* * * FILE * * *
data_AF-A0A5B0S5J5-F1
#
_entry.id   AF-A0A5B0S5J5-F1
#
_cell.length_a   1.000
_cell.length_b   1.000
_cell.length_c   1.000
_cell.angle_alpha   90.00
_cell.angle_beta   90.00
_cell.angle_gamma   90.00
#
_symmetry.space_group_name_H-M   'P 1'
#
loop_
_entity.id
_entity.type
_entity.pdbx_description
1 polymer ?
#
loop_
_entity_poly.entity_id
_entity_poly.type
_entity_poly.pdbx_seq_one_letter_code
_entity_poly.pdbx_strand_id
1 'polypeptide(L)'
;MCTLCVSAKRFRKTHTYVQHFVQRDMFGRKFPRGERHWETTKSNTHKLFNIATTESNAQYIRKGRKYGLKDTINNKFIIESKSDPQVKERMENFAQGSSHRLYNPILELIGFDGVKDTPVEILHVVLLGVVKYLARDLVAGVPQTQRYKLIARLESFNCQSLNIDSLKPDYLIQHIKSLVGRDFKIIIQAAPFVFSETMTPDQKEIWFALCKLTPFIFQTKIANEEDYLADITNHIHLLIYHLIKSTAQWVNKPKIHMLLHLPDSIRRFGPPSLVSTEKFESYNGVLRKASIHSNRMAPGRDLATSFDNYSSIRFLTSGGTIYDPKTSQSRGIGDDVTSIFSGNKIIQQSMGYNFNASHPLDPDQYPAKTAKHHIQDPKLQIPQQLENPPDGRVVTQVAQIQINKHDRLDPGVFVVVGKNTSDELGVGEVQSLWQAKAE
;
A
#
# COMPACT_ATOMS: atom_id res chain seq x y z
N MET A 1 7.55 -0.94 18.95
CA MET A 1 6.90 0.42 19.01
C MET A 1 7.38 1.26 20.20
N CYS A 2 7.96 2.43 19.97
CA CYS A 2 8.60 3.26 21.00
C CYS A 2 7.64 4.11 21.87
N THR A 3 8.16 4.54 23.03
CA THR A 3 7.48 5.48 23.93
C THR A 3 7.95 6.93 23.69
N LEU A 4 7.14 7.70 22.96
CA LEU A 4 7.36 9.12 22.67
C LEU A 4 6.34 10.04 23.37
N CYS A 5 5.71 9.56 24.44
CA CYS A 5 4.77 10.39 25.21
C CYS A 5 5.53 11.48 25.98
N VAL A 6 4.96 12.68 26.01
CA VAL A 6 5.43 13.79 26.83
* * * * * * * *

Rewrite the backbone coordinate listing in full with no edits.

data_AF-A0A5B0S5J5-F1
#
_entry.id   AF-A0A5B0S5J5-F1
#
_cell.length_a   1.000
_cell.length_b   1.000
_cell.length_c   1.000
_cell.angle_alpha   90.00
_cell.angle_beta   90.00
_cell.angle_gamma   90.00
#
_symmetry.space_group_name_H-M   'P 1'
#
loop_
_entity.id
_entity.type
_entity.pdbx_description
1 polymer ?
#
loop_
_entity_poly.entity_id
_entity_poly.type
_entity_poly.pdbx_seq_one_letter_code
_entity_poly.pdbx_strand_id
1 'polypeptide(L)'
;MCTLCVSAKRFRKTHTYVQHFVQRDMFGRKFPRGERHWETTKSNTHKLFNIATTESNAQYIRKGRKYGLKDTINNKFIIESKSDPQVKERMENFAQGSSHRLYNPILELIGFDGVKDTPVEILHVVLLGVVKYLARDLVAGVPQTQRYKLIARLESFNCQSLNIDSLKPDYLIQHIKSLVGRDFKIIIQAAPFVFSETMTPDQKEIWFALCKLTPFIFQTKIANEEDYLADITNHIHLLIYHLIKSTAQWVNKPKIHMLLHLPDSIRRFGPPSLVSTEKFESYNGVLRKASIHSNRMAPGRDLATSFDNYSSIRFLTSGGTIYDPKTSQSRGIGDDVTSIFSGNKIIQQSMGYNFNASHPLDPDQYPAKTAKHHIQDPKLQIPQQLENPPDGRVVTQVAQIQINKHDRLDPGVFVVVGKNTSDELGVGEVQSLWQAKAE
;
A
#
# COMPACT_ATOMS: atom_id res chain seq x y z
N MET A 1 7.55 -0.94 18.95
CA MET A 1 6.90 0.42 19.01
C MET A 1 7.38 1.26 20.20
N CYS A 2 7.96 2.43 19.97
CA CYS A 2 8.60 3.26 21.00
C CYS A 2 7.64 4.11 21.87
N THR A 3 8.16 4.54 23.03
CA THR A 3 7.48 5.48 23.93
C THR A 3 7.95 6.93 23.69
N LEU A 4 7.14 7.70 22.96
CA LEU A 4 7.36 9.12 22.67
C LEU A 4 6.34 10.04 23.37
N CYS A 5 5.71 9.56 24.44
CA CYS A 5 4.77 10.39 25.21
C CYS A 5 5.53 11.48 25.98
N VAL A 6 4.96 12.68 26.01
CA VAL A 6 5.43 13.79 26.83